DiNapoli, as trustee of the state's $133-billion public employee pension fund, claims the British oil giant misled investors about the safety of its operations.
BP's stock value dropped roughly in half following the April 20 oil rig explosion and spill.
The New York retirement fund for public workers held about 19 million shares.
BP's stock price Wednesday closed down 16 cents, or 36 percent, to $43.95.
Meanwhile, eight months after the spill, BP's costs look manageable.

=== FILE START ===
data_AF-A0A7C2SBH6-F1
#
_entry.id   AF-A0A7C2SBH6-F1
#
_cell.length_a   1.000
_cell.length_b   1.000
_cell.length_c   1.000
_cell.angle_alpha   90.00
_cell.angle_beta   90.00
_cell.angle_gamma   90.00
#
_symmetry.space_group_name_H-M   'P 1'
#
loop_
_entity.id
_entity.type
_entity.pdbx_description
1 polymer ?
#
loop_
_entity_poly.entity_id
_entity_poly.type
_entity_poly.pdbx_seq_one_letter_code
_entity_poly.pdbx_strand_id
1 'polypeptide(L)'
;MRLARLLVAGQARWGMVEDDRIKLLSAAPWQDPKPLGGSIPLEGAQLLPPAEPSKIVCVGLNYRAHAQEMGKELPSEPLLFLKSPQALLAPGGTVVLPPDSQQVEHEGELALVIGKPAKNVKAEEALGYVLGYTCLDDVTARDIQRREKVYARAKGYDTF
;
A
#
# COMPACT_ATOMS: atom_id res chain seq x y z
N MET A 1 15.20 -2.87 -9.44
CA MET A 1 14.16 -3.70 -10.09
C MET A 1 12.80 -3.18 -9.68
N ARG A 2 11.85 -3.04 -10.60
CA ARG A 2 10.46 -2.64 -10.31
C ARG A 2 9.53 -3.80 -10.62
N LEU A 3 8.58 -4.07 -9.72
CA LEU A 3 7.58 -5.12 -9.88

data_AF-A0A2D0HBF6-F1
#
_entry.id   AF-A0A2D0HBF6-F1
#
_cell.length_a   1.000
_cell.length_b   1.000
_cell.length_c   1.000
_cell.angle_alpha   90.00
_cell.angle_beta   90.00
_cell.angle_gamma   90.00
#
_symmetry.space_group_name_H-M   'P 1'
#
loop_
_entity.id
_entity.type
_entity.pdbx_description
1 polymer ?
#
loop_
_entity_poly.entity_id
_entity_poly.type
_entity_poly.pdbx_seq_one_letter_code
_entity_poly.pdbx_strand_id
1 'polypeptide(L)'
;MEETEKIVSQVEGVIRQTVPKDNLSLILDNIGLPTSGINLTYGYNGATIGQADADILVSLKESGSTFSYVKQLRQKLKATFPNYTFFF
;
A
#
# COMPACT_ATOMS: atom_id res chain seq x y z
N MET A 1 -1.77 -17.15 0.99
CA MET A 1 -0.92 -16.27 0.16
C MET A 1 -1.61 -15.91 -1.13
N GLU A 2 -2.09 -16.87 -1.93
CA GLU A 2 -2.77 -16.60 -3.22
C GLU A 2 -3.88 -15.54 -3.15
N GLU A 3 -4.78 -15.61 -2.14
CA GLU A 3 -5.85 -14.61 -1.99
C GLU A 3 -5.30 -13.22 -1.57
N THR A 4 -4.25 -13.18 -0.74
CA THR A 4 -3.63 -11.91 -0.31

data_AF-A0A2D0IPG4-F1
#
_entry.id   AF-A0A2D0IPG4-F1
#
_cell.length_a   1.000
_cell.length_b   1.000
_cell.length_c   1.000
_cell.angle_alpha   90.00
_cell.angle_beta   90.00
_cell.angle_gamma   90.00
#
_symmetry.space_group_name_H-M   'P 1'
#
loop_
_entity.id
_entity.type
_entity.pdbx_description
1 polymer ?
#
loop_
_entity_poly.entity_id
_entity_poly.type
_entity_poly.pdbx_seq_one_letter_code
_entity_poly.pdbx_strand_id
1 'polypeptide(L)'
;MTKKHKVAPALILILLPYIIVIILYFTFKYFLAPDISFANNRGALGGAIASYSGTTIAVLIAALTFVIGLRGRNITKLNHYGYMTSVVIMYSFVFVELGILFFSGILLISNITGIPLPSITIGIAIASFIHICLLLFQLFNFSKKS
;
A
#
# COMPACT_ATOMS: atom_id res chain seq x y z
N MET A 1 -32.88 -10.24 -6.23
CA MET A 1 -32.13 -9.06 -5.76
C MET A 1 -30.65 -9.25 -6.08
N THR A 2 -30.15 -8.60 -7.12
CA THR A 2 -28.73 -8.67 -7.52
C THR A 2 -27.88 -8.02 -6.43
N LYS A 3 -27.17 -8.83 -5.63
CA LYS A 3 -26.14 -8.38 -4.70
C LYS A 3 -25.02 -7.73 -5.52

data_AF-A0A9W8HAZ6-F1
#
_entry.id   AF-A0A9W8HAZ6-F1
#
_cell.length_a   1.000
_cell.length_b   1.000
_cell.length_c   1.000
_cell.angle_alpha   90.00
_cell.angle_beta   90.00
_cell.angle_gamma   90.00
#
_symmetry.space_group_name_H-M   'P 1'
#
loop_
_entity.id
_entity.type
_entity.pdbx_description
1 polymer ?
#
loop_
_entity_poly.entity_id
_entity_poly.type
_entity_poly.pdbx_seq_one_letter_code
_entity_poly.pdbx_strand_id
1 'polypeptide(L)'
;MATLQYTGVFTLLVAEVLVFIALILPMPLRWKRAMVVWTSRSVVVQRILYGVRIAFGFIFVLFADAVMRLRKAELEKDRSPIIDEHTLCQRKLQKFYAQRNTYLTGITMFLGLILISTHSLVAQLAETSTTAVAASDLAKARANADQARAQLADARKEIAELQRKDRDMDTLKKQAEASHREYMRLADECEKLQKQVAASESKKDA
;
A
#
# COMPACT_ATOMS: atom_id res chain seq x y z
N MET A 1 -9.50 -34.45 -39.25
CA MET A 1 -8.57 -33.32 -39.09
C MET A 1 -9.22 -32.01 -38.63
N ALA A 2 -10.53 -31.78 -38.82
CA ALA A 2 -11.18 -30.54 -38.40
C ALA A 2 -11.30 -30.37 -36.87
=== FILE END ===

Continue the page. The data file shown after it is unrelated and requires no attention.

As the Gulf oil spill gushed out of control, BP's financial liabilities seemed big enough to sink the company. No more.
Cleanup, government fines, lawsuits, legal fees and damage claims will likely exceed the $40 billion that BP has publicly estimated, according to an Associated Press analysis. But they'll be far below the highest estimates made over the summer by legal experts and prominent Wall Street banks, such as Goldman Sachs, which said costs could near $200 billion.